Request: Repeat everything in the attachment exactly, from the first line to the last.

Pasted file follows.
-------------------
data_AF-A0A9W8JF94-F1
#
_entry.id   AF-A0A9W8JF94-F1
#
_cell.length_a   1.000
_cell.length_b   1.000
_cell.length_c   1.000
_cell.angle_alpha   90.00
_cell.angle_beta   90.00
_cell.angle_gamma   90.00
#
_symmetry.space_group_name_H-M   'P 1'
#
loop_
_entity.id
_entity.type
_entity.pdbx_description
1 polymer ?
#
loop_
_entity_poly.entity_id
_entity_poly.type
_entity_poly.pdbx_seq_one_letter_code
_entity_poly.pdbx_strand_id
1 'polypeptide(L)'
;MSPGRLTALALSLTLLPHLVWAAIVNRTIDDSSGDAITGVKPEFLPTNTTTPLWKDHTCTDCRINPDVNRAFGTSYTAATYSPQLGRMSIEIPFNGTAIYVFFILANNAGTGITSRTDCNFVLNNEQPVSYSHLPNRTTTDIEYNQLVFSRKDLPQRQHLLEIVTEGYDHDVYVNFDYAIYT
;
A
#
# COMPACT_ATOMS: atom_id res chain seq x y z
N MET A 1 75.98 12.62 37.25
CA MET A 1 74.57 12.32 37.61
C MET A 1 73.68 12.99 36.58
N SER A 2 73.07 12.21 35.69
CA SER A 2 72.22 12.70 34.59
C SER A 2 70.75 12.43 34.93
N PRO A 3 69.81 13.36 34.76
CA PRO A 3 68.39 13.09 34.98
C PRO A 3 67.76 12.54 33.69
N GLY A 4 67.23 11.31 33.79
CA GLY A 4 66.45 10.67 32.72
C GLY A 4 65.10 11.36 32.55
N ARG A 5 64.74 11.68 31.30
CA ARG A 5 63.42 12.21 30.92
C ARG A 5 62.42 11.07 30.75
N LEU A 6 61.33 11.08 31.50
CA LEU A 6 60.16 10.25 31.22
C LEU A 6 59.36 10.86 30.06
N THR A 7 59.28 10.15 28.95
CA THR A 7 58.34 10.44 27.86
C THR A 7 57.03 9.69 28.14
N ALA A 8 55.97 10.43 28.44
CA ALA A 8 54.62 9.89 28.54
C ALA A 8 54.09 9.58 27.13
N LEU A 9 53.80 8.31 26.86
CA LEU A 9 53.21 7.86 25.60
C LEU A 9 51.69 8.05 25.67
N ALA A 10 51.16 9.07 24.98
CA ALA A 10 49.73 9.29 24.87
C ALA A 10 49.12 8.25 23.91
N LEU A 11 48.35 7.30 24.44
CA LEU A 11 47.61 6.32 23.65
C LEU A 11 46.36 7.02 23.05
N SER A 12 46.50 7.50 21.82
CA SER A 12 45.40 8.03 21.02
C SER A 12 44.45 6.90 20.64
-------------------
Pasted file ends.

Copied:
data_AF-A0A9W8JF94-F1
#
_entry.id   AF-A0A9W8JF94-F1
#
_cell.length_a   1.000
_cell.length_b   1.000
_cell.length_c   1.000
_cell.angle_alpha   90.00
_cell.angle_beta   90.00
_cell.angle_gamma   90.00
#
_symmetry.space_group_name_H-M   'P 1'
#
loop_
_entity.id
_entity.type
_entity.pdbx_description
1 polymer ?
#
loop_
_entity_poly.entity_id
_entity_poly.type
_entity_poly.pdbx_seq_one_letter_code
_entity_poly.pdbx_strand_id
1 'polypeptide(L)'
;MSPGRLTALALSLTLLPHLVWAAIVNRTIDDSSGDAITGVKPEFLPTNTTTPLWKDHTCTDCRINPDVNRAFGTSYTAATYSPQLGRMSIEIPFNGTAIYVFFILANNAGTGITSRTDCNFVLNNEQPVSYSHLPNRTTTDIEYNQLVFSRKDLPQRQHLLEIVTEGYDHDVYVNFDYAIYT
;
A
#
# COMPACT_ATOMS: atom_id res chain seq x y z
N MET A 1 75.98 12.62 37.25
CA MET A 1 74.57 12.32 37.61
C MET A 1 73.68 12.99 36.58
N SER A 2 73.07 12.21 35.69
CA SER A 2 72.22 12.70 34.59
C SER A 2 70.75 12.43 34.93
N PRO A 3 69.81 13.36 34.76
CA PRO A 3 68.39 13.09 34.98
C PRO A 3 67.76 12.54 33.69
N GLY A 4 67.23 11.31 33.79
CA GLY A 4 66.45 10.67 32.72
C GLY A 4 65.10 11.36 32.55
N ARG A 5 64.74 11.68 31.30
CA ARG A 5 63.42 12.21 30.92
C ARG A 5 62.42 11.07 30.75
N LEU A 6 61.33 11.08 31.50
CA LEU A 6 60.16 10.25 31.22
C LEU A 6 59.36 10.86 30.06
N THR A 7 59.28 10.15 28.95
CA THR A 7 58.34 10.44 27.86
C THR A 7 57.03 9.69 28.14
N ALA A 8 55.97 10.43 28.44
CA ALA A 8 54.62 9.89 28.54
C ALA A 8 54.09 9.58 27.13
N LEU A 9 53.80 8.31 26.86
CA LEU A 9 53.21 7.86 25.60
C LEU A 9 51.69 8.05 25.67
N ALA A 10 51.16 9.07 24.98
CA ALA A 10 49.73 9.29 24.87
C ALA A 10 49.12 8.25 23.91
N LEU A 11 48.35 7.30 24.44
CA LEU A 11 47.61 6.32 23.65
C LEU A 11 46.36 7.02 23.05
N SER A 12 46.50 7.50 21.82
CA SER A 12 45.40 8.03 21.02
C SER A 12 44.45 6.90 20.64